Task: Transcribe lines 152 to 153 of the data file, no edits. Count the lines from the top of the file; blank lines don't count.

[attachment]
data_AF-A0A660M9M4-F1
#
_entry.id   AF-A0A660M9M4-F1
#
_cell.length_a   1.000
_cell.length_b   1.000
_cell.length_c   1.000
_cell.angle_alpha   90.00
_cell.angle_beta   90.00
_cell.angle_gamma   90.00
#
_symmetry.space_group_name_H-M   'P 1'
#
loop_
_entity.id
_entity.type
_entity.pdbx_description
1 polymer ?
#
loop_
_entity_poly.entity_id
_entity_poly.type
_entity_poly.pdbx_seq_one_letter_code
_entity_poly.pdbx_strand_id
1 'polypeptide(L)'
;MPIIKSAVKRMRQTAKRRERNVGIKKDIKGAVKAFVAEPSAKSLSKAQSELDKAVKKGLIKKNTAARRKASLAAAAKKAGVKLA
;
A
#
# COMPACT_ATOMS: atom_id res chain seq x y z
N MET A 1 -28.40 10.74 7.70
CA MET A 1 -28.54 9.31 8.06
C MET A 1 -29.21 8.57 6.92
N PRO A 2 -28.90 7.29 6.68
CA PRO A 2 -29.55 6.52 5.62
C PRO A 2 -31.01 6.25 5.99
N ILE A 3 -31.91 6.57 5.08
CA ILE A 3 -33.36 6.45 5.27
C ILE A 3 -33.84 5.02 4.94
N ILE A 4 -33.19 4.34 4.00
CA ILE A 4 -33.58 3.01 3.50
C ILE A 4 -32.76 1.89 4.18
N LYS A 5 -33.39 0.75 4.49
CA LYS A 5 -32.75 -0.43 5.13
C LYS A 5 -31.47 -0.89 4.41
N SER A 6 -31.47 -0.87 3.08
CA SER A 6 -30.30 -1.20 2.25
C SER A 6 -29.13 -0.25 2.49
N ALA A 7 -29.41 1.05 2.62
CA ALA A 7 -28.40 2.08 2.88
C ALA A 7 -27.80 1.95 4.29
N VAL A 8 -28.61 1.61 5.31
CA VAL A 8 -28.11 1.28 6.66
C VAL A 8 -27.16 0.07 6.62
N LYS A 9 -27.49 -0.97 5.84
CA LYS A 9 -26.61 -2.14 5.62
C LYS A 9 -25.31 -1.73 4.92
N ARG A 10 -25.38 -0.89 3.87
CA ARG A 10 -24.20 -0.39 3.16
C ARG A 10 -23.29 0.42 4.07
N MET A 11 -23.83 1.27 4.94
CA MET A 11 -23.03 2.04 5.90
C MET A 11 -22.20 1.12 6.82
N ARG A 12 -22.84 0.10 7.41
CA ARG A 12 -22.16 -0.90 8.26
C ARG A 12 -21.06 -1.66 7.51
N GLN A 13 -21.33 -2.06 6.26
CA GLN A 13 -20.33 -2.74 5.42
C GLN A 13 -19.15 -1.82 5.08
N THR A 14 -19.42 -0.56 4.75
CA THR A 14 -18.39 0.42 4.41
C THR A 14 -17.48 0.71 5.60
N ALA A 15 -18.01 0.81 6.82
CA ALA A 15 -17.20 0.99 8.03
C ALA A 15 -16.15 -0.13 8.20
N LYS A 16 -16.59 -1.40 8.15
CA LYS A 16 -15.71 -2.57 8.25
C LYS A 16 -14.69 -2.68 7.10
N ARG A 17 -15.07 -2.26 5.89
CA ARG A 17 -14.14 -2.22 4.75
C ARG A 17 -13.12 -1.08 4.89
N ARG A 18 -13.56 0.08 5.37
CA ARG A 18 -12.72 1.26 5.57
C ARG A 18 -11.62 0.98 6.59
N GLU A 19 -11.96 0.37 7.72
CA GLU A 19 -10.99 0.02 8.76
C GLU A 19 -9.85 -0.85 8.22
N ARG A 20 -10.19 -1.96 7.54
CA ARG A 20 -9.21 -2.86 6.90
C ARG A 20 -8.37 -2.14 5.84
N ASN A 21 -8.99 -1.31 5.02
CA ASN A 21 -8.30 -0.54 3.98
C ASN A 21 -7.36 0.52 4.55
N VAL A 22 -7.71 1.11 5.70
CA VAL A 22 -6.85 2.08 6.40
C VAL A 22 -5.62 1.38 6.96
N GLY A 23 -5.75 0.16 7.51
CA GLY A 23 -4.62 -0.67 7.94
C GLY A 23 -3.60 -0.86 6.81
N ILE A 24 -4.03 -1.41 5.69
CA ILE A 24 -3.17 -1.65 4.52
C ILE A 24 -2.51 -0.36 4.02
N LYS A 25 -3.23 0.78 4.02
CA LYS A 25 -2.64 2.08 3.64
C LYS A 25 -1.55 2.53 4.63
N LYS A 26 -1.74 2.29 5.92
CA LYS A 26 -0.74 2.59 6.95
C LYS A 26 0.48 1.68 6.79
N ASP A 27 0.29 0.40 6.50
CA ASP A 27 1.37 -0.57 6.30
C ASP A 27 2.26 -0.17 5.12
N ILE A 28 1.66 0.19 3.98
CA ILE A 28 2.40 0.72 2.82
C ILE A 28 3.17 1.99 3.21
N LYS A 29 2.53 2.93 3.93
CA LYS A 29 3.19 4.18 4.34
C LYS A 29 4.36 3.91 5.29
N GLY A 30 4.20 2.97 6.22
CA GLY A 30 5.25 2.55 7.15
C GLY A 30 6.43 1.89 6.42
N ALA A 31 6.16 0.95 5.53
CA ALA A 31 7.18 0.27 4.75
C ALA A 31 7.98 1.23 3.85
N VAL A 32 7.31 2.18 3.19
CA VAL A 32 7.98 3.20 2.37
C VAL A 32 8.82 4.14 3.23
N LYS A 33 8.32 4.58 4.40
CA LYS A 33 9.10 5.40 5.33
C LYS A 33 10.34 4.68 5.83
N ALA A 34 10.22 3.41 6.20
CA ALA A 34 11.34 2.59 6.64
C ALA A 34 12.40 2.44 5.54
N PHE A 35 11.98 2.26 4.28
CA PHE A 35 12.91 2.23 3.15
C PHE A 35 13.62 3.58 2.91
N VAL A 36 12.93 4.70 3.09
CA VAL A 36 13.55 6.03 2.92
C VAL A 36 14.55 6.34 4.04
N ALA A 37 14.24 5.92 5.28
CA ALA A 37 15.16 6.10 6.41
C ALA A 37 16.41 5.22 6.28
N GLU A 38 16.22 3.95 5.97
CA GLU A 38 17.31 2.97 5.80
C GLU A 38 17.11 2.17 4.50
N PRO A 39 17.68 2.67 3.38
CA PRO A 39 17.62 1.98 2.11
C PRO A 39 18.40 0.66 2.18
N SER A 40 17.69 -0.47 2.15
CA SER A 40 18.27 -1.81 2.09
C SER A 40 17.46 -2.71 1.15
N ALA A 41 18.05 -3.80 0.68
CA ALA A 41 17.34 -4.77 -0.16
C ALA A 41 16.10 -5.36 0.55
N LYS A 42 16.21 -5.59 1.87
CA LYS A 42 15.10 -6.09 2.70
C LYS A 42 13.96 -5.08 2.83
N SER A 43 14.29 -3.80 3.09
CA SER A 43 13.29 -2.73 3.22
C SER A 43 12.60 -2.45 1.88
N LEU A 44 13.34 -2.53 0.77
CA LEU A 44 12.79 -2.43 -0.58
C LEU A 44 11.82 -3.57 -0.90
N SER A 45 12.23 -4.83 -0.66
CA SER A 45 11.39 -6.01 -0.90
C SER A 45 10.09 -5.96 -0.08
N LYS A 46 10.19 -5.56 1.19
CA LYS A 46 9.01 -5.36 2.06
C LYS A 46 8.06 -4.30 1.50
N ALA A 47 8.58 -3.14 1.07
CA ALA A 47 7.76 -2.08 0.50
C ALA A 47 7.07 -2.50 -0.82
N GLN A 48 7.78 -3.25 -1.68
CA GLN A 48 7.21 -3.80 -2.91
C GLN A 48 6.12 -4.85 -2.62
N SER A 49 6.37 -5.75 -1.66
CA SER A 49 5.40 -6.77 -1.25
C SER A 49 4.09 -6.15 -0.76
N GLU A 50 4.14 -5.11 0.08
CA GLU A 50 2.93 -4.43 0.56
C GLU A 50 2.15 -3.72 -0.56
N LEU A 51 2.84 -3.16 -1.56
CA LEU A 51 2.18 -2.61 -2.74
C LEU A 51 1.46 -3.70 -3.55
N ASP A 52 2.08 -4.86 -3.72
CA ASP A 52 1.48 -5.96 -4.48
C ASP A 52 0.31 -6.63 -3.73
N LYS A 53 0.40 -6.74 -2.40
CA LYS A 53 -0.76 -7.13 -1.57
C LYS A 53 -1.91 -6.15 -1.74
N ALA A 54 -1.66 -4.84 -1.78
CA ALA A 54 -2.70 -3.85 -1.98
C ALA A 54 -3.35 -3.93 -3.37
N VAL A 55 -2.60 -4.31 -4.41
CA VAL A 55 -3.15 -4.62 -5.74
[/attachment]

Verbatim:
CA ALA A 41 17.34 -4.77 -0.16
C ALA A 41 16.10 -5.36 0.55